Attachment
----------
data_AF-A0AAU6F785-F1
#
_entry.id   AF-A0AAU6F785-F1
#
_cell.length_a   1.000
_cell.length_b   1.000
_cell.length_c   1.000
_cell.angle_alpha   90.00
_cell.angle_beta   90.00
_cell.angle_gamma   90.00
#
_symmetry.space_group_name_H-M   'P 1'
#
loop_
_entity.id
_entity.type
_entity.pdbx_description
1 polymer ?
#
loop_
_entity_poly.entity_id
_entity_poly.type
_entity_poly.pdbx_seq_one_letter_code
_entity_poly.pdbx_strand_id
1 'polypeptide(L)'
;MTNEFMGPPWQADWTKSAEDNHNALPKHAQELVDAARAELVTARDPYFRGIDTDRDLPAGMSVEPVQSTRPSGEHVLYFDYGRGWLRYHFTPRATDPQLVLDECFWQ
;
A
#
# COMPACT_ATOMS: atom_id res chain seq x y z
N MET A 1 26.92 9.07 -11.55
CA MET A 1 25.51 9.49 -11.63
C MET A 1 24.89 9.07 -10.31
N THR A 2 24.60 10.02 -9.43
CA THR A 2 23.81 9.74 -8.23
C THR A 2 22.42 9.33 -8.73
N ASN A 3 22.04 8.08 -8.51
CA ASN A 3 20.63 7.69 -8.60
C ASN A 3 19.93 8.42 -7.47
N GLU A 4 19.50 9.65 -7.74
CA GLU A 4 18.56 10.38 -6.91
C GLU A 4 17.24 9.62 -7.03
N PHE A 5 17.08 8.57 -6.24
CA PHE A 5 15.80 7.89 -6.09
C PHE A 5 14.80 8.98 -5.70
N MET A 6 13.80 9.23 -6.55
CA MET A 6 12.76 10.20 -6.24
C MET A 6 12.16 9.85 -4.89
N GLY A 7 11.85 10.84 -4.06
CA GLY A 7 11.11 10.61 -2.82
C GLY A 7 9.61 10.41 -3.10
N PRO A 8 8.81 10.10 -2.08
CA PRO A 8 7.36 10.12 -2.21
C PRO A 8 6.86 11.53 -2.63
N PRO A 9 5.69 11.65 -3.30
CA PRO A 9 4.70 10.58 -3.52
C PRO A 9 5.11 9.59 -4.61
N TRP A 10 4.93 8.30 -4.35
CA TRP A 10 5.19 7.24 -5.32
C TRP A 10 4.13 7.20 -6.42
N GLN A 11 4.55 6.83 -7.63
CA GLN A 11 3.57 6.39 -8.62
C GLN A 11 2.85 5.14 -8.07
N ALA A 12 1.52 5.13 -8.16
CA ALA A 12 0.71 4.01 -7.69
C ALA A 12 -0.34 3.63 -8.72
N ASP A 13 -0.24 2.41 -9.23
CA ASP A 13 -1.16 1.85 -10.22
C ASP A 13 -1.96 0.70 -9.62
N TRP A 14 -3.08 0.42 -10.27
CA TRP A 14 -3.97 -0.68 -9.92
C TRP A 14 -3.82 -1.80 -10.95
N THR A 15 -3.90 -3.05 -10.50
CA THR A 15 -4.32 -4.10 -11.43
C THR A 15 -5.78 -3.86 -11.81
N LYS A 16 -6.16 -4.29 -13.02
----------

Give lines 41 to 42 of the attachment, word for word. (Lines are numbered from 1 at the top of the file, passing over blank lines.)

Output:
CA GLU A 4 18.56 10.38 -6.91
C GLU A 4 17.24 9.62 -7.03